Your help needed hunting this bad plant

Here’s your chance to become a “citizen scientist” and help combat an invasive plant that impacts forests, crops, parks, vegetable gardens and even your attic.

University scientists are trying to find out how common buckthorn is in Ohio, Michigan and Iowa in an effort to develop strategies to manage it. Of course, they can’t do it alone, so they are enlisting as many people as possible to go looking for this prolific European import and report their sightings online.

“Buckthorn Watch” ( is a program established by Ohio State University, Michigan State University and Iowa State University to map, study and manage this fast-growing shrub — which was introduced in the early 1800s by European settlers and can grow up to 22 feet tall, taking over disturbed areas along roads and railroad rights-of-way, near power lines, in fencerows separating crop fields, and on the edges of forests.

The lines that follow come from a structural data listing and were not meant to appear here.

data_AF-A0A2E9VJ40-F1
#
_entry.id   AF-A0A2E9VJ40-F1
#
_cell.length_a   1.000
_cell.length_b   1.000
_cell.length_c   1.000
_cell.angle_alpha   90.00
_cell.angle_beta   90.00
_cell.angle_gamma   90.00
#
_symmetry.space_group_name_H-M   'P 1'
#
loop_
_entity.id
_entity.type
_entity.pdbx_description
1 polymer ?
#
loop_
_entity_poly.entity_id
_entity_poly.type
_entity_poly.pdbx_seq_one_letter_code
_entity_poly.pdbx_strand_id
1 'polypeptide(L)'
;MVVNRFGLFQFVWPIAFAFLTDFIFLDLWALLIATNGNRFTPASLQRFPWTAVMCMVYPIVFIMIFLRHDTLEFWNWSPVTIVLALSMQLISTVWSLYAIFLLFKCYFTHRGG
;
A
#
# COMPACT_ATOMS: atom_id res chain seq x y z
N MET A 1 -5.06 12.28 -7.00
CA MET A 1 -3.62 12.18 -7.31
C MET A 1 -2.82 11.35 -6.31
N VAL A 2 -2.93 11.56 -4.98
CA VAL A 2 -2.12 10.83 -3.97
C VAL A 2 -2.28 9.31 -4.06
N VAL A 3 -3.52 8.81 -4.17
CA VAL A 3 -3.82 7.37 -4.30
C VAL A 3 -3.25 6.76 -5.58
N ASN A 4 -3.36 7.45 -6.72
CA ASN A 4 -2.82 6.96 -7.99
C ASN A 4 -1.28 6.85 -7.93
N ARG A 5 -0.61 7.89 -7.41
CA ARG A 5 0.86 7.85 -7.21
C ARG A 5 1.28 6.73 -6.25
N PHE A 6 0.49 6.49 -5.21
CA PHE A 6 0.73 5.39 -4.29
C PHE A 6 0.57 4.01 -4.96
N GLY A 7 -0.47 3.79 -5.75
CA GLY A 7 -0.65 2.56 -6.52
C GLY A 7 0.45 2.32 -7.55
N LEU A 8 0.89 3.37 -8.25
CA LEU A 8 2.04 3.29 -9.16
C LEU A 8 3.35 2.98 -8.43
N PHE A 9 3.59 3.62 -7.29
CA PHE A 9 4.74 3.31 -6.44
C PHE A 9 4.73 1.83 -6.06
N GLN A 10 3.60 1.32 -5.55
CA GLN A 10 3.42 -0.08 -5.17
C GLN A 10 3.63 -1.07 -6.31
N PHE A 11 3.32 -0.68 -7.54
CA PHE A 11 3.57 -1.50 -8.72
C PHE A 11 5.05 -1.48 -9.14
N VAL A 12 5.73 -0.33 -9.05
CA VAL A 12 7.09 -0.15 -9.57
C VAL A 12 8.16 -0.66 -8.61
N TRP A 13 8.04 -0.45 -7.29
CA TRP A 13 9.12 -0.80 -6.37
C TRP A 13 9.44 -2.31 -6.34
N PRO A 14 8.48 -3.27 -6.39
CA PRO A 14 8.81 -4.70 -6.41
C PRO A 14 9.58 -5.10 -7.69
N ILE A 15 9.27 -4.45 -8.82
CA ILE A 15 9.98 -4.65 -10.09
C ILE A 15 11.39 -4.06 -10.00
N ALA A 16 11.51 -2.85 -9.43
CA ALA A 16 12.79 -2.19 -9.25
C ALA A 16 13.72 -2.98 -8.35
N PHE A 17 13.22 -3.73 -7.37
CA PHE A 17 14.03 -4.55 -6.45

“We really want people to go out in the nice fall weather and look for buckthorn on their farms, properties, woods, parks or private land where they have permission to go,” said Mary Gardiner, assistant professor of entomology and director of the Agricultural Landscape Ecology Lab at Ohio State’s Ohio Agricultural Research and Development Center (OARDC) in Wooster.

All you need to know to become a buckthorn hunter is on the program’s website, including identification tips and more information on the impacts of this plant. But here’s a hint: it’s a preferred host for soybean aphids, which lower soybean yields, spread viruses to veggies, and are a favorite meal of the also-invasive multicolored Asian beetles — yes, the ones that invade homes by the troves every autumn!

Learn more about the impacts of buckthorn here.




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